Taxation is bad enough, but inflation doubles the pain says new report

CD Howe Institute highlights how inflation is negatively impacting Canadians' tax burden

Taxation is bad enough, but inflation doubles the pain says new report
Steve Randall

While some of the impacts of oversized inflation are plain for all to see, others are less obvious, such as how it affects our tax burden.

With many Canadians already unhappy about the level of taxation, even among the highest income earners, a new report from the CD Howe Institute will be of no comfort.

Written by CEO William Robson and director of research Alexandre Laurin, the report highlights how some federal and provincial taxes are adjusted for inflation, some are not. And even those that are, may not be done in the best interests of taxpayers.

As an opening thought, the report asserts that inflation is a form of taxation, given that “…when inflation reduces the currency’s purchasing power, the government gains from the lower value of the liability at the expense of the currency holder, who loses from the lower value of her asset.”

But the report, Double the Pain: How Inflation Increases Tax Burdens, goes on to point out how inflation interacts with certain taxes, “often increasing the tax bite, with little transparency or legislative oversight.”

Personal income tax is a case in point. If prices and incomes rise, people may be pushed over higher tax thresholds and pay a larger share of their income in tax even though their purchasing power has not increased.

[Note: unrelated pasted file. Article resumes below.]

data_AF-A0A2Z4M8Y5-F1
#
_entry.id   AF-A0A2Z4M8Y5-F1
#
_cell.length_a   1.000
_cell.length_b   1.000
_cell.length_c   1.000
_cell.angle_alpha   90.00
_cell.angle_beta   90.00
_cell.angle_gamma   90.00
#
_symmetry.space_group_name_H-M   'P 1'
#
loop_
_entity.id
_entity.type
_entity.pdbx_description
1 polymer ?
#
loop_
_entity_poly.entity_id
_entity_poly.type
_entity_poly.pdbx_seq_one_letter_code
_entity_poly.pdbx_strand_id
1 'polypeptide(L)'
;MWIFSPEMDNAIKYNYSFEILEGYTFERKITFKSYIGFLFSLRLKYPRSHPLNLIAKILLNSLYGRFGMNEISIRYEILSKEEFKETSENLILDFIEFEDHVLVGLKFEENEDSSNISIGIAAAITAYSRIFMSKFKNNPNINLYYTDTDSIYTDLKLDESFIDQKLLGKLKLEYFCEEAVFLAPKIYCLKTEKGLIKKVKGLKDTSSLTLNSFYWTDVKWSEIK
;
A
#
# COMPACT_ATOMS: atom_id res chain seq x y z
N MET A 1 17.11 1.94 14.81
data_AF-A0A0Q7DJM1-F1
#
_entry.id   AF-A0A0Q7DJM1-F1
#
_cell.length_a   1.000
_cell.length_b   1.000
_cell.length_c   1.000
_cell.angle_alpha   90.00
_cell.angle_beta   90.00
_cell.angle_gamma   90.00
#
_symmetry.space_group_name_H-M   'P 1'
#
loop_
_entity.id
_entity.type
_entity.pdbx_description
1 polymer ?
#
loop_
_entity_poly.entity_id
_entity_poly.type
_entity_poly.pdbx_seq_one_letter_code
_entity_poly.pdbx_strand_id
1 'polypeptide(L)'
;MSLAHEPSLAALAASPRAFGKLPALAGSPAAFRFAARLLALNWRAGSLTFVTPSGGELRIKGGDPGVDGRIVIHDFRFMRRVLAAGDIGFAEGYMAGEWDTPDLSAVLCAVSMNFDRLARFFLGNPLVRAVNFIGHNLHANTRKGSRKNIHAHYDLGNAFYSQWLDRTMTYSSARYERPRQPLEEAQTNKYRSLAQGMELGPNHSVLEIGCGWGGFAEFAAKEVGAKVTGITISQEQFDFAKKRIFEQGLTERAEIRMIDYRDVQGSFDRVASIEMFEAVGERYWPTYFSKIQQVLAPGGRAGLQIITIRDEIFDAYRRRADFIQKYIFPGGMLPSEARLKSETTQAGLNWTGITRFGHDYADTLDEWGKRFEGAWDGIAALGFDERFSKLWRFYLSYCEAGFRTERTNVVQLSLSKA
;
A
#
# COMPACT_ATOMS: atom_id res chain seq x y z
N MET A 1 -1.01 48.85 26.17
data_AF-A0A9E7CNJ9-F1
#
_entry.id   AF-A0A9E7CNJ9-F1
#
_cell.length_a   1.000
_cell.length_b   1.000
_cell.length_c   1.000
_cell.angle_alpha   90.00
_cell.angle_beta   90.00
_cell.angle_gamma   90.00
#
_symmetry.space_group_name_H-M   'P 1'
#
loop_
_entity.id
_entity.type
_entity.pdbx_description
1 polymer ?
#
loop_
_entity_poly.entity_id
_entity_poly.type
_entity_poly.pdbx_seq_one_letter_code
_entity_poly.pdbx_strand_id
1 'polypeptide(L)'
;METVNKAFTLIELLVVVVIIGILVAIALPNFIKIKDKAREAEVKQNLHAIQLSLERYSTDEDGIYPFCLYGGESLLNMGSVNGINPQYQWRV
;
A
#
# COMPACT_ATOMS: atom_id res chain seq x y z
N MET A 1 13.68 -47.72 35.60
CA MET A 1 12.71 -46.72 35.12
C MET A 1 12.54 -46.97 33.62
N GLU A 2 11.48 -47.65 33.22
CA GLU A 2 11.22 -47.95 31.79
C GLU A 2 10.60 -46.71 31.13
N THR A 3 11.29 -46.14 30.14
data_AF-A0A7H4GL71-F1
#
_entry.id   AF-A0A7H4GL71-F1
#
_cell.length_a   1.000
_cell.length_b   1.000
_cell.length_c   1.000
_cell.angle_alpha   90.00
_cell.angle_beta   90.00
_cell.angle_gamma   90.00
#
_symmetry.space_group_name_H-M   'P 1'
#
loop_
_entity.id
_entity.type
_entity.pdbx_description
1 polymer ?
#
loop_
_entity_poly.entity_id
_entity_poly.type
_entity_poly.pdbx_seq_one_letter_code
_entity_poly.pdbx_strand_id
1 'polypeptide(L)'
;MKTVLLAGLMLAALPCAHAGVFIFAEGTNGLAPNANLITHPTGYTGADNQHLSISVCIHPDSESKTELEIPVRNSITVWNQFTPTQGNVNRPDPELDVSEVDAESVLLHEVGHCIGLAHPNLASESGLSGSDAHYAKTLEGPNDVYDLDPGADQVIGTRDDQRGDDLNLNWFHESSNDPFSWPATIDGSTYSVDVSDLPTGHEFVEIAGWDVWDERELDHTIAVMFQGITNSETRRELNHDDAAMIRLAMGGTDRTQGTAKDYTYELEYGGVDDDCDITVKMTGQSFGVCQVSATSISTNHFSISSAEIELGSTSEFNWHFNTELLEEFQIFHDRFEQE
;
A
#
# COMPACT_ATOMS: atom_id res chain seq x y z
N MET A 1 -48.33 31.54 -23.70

The report acknowledges that Canada is one of only nine countries out of 160 analyzed that does increase tax thresholds periodically in line with inflation, although this is not universal across all provinces or all thresholds.

It gives the example of Ontario where the two thresholds for those earning more than $150,000 are not indexed to the Consumer price Index.

The $150K and $220K thresholds were set in 2014 so, given inflation, those thresholds drop to $120K and $176K in 2014 dollars.

The report notes that Child Care Expense Deduction, Northern Residents Deduction, and the $10,000 foreign employee exemption in the Canada-US tax treaty are among other parts of income tax that are not indexed to inflation.

Other taxes

Personal Income tax is not the only area eroded by inflation.

Tax credits and transfers, business income taxes, and consumption taxes are also negatively affected.

And then there’s investment income taxes.

The report gives the example of a 1-year GIC which recently yielded 4.4%, the same amount as inflation at the time, resulting in a zero real return. But a 40% income tax rate would cut the return to around 2.6% and the inflation would take it to minus 1.8%.

While the interaction of inflation and taxation is often complex, the report calls for action from policymakers.

“Our starting position is that all thresholds for income and consumption taxes should rise with

consumer prices from now on. Changes in the real value of thresholds should be explicit and transparent, not accidental by-products of monetary policy,” the authors state.

The full report is available from